Keizersgracht 62, 1015 CS Amsterdam

Natuur- en Landschapsbescherming

Nature and landscape protection

Area protection - Natura 2000 and National Nature Network (NNN)

In the Netherlands, areas have been designated that are specially protected against harmful influences from building plans and certain uses of the area in question. This does not always mean that 'nothing is allowed' in such an area. Of great importance for the legal interpretation of the required level of protection are the specific conservation objectives for an area and the associated management plans and other forms of planning for nature development. Whoever wants to do something in or near a designated area or wants to prevent a certain infringement will have to investigate what is and what is not allowed. This is not always easy. The actual case has to be tested against rules that have been designed in the abstract. Usually, a well-directed cooperation with an ecological consultancy is needed to map out the impact of an activity on the nature area. The Natura 2000 areas are important nature areas that have been designated on a European level. The National Nature Network are also protected areas and ecological connection zones for the preservation and development of locally significant natural values. Until 2017, these areas were referred to as the National Ecological Network (EHS). There is also an overlap between the Natura 2000 areas and the National Nature Network. All Natura 2000 areas are in fact also part of the National Nature Network.

Species protection - Flora and fauna

Since 1 January 2017, the protection of plants and animal species has been regulated in the Nature Protection Act. This new act combines the protection of areas and species in one act. Previously, species protection was regulated by the Flora and Fauna Act.

Tree felling

The planned felling of trees in public spaces very often results in actions by local residents who are attached to this green setting in their residential and living environment. A new development is the fact that many municipalities have now made the felling of trees on private property no longer subject to a permit, unless the tree concerned has been specially designated on a list of trees to be protected. The felling of trees can often be effectively prevented by means of a notice of objection and, if necessary, a request for suspension from the preliminary relief judge at the district court. Often trees are felled wrongly under the denominator of maintenance or 'thinning', or they are felled too early, when it is insufficiently clear that a building plan - for which the felling is required - will actually be carried out. It also happens regularly that (just to be sure) too much tree felling is requested than is strictly necessary, so that more trees are lost unnecessarily.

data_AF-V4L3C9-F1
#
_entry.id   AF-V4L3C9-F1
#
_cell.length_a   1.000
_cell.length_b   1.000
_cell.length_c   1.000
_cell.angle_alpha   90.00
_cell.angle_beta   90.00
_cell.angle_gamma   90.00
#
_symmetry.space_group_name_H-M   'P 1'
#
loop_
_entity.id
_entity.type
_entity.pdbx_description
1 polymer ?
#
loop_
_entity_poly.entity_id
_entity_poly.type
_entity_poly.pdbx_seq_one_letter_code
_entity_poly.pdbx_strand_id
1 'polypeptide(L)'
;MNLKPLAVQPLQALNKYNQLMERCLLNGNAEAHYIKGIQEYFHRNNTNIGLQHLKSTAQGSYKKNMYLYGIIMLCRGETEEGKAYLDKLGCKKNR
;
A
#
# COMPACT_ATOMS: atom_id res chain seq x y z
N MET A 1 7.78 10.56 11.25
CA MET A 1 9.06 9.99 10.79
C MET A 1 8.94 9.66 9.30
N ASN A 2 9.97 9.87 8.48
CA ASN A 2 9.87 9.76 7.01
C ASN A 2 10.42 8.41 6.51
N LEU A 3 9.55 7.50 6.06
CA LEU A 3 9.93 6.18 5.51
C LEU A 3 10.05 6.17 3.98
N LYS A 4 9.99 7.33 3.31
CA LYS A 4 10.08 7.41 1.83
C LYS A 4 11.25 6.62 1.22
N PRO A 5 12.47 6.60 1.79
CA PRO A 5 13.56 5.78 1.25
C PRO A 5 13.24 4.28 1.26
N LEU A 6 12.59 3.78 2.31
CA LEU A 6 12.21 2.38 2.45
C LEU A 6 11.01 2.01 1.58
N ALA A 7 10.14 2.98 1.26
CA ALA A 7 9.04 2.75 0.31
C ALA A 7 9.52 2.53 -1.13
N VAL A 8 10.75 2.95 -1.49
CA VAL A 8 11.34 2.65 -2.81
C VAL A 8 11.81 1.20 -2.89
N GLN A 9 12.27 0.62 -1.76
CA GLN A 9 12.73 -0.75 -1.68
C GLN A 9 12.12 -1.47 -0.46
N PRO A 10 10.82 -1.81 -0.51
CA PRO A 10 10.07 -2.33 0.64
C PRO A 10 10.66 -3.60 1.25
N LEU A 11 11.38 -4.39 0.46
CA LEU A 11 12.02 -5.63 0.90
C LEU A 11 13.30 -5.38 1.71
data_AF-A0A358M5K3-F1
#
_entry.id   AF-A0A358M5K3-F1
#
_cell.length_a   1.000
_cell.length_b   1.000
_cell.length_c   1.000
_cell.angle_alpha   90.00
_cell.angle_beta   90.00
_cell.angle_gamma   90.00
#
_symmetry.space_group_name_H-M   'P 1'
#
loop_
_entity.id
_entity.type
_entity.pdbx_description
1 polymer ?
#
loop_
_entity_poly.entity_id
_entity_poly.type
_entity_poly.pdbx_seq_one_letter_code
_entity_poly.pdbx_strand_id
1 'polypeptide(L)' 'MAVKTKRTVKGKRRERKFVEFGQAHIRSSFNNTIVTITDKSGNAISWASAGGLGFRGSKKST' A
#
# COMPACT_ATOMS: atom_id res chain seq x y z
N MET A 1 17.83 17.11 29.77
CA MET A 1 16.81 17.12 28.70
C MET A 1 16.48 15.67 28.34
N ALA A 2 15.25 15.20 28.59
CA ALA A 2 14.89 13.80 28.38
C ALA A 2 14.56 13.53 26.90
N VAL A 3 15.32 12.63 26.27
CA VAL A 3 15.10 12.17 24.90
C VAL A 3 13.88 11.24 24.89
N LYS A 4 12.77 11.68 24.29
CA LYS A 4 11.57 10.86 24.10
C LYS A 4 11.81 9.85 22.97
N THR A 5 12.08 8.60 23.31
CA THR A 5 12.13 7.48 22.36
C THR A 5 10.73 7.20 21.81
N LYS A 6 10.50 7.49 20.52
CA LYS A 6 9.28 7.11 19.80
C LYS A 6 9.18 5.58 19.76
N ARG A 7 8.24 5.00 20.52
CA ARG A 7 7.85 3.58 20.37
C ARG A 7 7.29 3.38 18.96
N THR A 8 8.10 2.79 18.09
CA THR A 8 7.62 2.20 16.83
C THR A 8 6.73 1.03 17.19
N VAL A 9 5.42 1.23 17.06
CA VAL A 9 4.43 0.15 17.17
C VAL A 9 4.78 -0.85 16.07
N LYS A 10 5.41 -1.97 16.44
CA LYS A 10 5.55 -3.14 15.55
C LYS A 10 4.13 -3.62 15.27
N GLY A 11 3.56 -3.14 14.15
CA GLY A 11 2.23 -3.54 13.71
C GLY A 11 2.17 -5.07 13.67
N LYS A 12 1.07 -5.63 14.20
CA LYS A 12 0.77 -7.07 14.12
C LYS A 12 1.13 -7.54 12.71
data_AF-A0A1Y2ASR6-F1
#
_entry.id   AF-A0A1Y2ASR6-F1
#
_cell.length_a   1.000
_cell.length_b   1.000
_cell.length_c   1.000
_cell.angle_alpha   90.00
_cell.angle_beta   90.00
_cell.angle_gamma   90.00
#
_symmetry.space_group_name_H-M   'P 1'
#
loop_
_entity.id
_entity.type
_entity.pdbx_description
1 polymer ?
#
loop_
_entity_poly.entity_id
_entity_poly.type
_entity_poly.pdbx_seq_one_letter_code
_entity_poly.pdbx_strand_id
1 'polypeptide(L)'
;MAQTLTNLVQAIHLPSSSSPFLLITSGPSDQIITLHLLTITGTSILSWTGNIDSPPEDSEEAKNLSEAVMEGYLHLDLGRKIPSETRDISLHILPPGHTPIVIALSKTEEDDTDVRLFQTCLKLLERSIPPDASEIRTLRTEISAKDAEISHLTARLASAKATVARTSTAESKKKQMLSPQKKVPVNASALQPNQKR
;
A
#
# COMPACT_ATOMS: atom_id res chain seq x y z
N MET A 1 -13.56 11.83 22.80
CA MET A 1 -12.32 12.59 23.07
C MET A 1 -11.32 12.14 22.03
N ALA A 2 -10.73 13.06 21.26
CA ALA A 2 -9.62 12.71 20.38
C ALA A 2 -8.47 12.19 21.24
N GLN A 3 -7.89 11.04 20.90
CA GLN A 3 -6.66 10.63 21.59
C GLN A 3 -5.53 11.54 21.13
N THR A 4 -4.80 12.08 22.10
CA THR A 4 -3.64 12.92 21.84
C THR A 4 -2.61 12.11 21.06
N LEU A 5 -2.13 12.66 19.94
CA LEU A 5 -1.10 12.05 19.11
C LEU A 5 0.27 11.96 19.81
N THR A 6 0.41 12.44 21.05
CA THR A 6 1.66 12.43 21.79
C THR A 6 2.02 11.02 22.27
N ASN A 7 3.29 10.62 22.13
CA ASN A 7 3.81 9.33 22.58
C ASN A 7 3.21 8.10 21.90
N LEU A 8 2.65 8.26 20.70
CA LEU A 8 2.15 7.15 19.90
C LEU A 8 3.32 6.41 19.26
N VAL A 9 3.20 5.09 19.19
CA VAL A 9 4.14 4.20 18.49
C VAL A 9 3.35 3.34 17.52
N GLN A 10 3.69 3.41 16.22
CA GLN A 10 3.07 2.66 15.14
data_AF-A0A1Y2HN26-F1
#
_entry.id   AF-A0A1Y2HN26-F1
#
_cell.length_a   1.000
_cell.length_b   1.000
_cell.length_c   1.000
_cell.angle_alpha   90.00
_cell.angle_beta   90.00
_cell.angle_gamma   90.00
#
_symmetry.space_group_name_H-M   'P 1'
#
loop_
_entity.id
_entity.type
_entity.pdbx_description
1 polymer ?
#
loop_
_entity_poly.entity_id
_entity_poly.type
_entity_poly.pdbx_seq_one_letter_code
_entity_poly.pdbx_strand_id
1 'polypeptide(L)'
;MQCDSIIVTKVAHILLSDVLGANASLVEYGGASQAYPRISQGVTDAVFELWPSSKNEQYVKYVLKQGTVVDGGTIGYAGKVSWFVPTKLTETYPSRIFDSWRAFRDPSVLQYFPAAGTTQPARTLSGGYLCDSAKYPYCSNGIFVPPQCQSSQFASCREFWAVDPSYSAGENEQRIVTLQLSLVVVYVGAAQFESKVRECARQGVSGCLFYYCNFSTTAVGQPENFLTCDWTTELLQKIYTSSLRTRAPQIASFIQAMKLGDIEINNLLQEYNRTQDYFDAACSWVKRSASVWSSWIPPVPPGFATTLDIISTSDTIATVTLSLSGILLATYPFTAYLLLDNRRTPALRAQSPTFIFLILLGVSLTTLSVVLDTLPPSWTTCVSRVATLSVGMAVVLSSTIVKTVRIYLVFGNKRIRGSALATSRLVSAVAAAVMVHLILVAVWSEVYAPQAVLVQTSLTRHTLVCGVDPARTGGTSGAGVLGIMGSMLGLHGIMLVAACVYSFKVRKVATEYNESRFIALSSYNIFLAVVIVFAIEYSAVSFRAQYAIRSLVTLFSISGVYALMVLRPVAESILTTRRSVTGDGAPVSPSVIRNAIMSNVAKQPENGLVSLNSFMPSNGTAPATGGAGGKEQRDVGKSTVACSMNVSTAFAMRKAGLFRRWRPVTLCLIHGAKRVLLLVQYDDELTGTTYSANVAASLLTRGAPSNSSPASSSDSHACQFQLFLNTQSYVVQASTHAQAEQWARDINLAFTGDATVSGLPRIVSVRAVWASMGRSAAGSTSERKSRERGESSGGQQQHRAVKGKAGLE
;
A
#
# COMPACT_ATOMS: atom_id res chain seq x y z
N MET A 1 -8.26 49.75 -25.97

What does HABITAT do?

HABITAT supports environmental associations and foundations, private individuals and residents' groups, as well as the large national environmental organisations, in defending the interests of nature, landscape and the environment.

  • Construction procedures

Often, nature and landscape protection forms part of zoning plan procedures and environmental permits that enable new activities, business activities, housing or infrastructure. The aim of such actions may be to stop an initiative, but also to discuss how to fit it in as carefully as possible.

  • Enforcement actions

HABITAT is also regularly asked to assist in enforcement actions against breaches of protected areas. For example, stopping the illegal use of a Natura 2000 site by building, constructing paths and activities that are not compatible with the site's conservation objectives and/or the site's management plan.

In case of area development or other new construction on a site where there are fixed breeding and resting areas of certain animals and places where there are possibly protected plant species, an ecological survey must be carried out by an independent ecological consultancy. The first step is usually to carry out a quick-scan study to determine whether and which species occur in the area. Then, it must be determined how to proceed, taking into account the applicable prohibitions, exemptions and dispensations. In practice, the degree of care with which such research must be carried out gives rise to many legal and ecological discussions. The Ministry of Economic Affairs has gathered ecological knowledge and approaches for a number of species in a Species Standard. Click here for an up-to-date overview of the available species standards.